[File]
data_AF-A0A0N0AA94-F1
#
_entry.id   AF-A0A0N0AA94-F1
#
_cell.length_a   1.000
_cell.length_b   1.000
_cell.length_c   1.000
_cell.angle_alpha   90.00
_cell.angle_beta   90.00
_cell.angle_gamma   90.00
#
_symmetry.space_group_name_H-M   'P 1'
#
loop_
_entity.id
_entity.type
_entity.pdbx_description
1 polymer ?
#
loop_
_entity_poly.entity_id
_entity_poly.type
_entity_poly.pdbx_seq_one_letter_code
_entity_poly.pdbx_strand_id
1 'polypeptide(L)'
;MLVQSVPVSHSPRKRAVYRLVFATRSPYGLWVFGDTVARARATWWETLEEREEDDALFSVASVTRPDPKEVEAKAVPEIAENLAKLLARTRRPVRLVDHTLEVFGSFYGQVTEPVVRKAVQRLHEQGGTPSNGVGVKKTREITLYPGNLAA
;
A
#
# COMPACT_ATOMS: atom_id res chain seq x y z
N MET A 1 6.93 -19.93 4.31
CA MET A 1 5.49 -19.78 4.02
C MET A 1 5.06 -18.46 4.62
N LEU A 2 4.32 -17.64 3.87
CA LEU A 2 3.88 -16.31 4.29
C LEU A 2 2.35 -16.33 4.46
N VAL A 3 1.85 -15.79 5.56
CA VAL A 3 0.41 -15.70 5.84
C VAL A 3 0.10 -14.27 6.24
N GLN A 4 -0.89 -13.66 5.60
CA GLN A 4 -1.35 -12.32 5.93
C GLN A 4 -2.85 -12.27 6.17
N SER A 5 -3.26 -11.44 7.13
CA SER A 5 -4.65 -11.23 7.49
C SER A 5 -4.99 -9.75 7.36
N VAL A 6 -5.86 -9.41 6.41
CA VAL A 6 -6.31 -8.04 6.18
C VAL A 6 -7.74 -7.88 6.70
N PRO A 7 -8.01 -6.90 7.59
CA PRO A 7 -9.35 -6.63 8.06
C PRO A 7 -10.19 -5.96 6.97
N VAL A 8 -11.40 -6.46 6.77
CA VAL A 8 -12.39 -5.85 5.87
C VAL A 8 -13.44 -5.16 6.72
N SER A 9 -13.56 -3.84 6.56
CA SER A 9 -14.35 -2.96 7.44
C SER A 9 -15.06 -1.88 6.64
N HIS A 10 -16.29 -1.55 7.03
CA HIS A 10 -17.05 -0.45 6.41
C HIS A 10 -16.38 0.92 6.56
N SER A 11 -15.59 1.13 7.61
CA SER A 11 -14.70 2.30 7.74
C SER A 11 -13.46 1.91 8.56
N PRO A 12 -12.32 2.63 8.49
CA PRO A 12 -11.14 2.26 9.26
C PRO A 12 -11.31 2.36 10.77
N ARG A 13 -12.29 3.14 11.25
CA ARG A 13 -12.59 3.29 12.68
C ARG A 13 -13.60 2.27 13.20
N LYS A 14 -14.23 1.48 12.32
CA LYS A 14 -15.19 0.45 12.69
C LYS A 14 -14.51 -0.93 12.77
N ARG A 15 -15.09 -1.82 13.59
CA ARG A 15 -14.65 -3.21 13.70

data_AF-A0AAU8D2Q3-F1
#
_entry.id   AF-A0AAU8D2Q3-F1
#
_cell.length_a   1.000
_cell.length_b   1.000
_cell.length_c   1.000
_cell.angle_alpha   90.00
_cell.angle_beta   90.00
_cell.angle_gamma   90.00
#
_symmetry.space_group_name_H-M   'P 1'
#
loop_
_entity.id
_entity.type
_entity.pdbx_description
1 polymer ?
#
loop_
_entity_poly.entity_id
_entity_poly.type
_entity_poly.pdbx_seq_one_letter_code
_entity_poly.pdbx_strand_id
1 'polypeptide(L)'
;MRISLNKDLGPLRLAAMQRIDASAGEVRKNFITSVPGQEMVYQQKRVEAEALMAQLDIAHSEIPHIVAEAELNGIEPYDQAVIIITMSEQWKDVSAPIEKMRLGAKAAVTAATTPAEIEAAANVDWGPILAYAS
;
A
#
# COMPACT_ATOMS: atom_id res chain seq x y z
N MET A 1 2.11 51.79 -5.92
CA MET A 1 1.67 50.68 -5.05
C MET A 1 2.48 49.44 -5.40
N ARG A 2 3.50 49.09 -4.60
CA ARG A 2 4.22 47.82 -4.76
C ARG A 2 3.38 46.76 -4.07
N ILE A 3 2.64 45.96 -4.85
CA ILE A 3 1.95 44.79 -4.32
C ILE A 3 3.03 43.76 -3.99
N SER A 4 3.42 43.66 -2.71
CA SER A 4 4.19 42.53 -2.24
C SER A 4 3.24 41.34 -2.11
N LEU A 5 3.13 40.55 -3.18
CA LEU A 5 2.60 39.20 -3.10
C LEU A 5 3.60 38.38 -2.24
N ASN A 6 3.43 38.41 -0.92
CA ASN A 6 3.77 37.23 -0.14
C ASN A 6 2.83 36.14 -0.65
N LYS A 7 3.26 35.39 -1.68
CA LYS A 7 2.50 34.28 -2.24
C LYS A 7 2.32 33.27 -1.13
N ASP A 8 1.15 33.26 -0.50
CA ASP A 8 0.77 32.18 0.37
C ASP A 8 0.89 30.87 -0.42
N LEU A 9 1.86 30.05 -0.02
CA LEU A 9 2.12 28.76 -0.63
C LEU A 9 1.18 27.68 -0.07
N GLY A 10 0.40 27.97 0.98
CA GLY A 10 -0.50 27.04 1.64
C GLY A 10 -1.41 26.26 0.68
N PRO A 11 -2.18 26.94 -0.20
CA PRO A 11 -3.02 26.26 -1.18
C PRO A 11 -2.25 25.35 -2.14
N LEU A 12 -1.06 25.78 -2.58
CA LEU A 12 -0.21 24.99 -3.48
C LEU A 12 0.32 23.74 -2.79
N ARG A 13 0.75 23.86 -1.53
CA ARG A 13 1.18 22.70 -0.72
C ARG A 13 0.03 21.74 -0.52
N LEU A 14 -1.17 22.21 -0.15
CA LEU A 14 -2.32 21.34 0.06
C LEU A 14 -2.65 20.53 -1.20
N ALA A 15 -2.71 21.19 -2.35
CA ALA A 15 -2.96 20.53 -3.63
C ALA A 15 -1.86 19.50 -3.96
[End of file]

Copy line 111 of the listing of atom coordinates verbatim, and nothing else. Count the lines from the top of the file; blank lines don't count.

N ILE A 3 2.64 45.96 -4.85